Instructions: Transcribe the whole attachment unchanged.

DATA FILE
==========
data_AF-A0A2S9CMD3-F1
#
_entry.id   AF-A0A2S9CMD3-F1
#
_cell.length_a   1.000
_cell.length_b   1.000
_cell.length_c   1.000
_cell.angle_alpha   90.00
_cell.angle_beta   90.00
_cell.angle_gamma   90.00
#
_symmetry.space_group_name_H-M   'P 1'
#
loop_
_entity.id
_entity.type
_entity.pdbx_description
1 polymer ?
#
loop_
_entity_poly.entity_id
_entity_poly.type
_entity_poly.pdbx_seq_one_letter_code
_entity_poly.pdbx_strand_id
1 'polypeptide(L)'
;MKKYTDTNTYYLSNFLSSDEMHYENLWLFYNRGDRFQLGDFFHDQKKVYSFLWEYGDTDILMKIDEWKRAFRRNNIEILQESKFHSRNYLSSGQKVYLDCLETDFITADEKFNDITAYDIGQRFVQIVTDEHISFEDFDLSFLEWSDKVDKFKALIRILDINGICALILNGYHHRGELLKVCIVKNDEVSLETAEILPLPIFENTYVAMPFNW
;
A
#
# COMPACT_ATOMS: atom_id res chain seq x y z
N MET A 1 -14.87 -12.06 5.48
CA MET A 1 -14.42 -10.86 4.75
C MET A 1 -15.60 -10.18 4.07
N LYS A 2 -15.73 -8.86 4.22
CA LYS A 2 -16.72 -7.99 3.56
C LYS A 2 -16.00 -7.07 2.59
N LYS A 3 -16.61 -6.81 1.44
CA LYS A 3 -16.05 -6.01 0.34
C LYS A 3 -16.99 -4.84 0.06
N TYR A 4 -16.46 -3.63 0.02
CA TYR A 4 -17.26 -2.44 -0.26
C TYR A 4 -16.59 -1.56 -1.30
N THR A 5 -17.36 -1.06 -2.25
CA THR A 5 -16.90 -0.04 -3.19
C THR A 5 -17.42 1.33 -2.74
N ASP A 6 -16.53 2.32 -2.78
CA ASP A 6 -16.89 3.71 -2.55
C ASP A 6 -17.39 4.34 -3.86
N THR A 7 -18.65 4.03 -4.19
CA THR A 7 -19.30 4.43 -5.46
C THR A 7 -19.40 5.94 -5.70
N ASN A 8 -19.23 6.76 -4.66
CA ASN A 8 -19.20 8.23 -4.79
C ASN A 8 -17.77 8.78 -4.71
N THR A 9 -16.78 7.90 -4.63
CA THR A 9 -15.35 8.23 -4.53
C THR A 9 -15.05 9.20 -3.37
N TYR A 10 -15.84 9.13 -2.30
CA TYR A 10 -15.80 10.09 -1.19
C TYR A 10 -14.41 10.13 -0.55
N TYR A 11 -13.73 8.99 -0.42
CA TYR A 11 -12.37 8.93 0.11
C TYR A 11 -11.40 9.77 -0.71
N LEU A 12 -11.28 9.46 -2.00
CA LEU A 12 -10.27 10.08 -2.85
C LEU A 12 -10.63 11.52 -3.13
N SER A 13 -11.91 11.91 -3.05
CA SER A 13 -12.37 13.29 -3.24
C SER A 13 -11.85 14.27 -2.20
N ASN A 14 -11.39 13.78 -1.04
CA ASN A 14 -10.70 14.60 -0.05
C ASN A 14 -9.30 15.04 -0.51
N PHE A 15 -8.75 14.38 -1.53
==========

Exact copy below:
data_AF-A0A2S9CMD3-F1
#
_entry.id   AF-A0A2S9CMD3-F1
#
_cell.length_a   1.000
_cell.length_b   1.000
_cell.length_c   1.000
_cell.angle_alpha   90.00
_cell.angle_beta   90.00
_cell.angle_gamma   90.00
#
_symmetry.space_group_name_H-M   'P 1'
#
loop_
_entity.id
_entity.type
_entity.pdbx_description
1 polymer ?
#
loop_
_entity_poly.entity_id
_entity_poly.type
_entity_poly.pdbx_seq_one_letter_code
_entity_poly.pdbx_strand_id
1 'polypeptide(L)'
;MKKYTDTNTYYLSNFLSSDEMHYENLWLFYNRGDRFQLGDFFHDQKKVYSFLWEYGDTDILMKIDEWKRAFRRNNIEILQESKFHSRNYLSSGQKVYLDCLETDFITADEKFNDITAYDIGQRFVQIVTDEHISFEDFDLSFLEWSDKVDKFKALIRILDINGICALILNGYHHRGELLKVCIVKNDEVSLETAEILPLPIFENTYVAMPFNW
;
A
#
# COMPACT_ATOMS: atom_id res chain seq x y z
N MET A 1 -14.87 -12.06 5.48
CA MET A 1 -14.42 -10.86 4.75
C MET A 1 -15.60 -10.18 4.07
N LYS A 2 -15.73 -8.86 4.22
CA LYS A 2 -16.72 -7.99 3.56
C LYS A 2 -16.00 -7.07 2.59
N LYS A 3 -16.61 -6.81 1.44
CA LYS A 3 -16.05 -6.01 0.34
C LYS A 3 -16.99 -4.84 0.06
N TYR A 4 -16.46 -3.63 0.02
CA TYR A 4 -17.26 -2.44 -0.26
C TYR A 4 -16.59 -1.56 -1.30
N THR A 5 -17.36 -1.06 -2.25
CA THR A 5 -16.90 -0.04 -3.19
C THR A 5 -17.42 1.33 -2.74
N ASP A 6 -16.53 2.32 -2.78
CA ASP A 6 -16.89 3.71 -2.55
C ASP A 6 -17.39 4.34 -3.86
N THR A 7 -18.65 4.03 -4.19
CA THR A 7 -19.30 4.43 -5.46
C THR A 7 -19.40 5.94 -5.70
N ASN A 8 -19.23 6.76 -4.66
CA ASN A 8 -19.20 8.23 -4.79
C ASN A 8 -17.77 8.78 -4.71
N THR A 9 -16.78 7.90 -4.63
CA THR A 9 -15.35 8.23 -4.53
C THR A 9 -15.05 9.20 -3.37
N TYR A 10 -15.84 9.13 -2.30
CA TYR A 10 -15.80 10.09 -1.19
C TYR A 10 -14.41 10.13 -0.55
N TYR A 11 -13.73 8.99 -0.42
CA TYR A 11 -12.37 8.93 0.11
C TYR A 11 -11.40 9.77 -0.71
N LEU A 12 -11.28 9.46 -2.00
CA LEU A 12 -10.27 10.08 -2.85
C LEU A 12 -10.63 11.52 -3.13
N SER A 13 -11.91 11.91 -3.05
CA SER A 13 -12.37 13.29 -3.24
C SER A 13 -11.85 14.27 -2.20
N ASN A 14 -11.39 13.78 -1.04
CA ASN A 14 -10.70 14.60 -0.05
C ASN A 14 -9.30 15.04 -0.51
N PHE A 15 -8.75 14.38 -1.53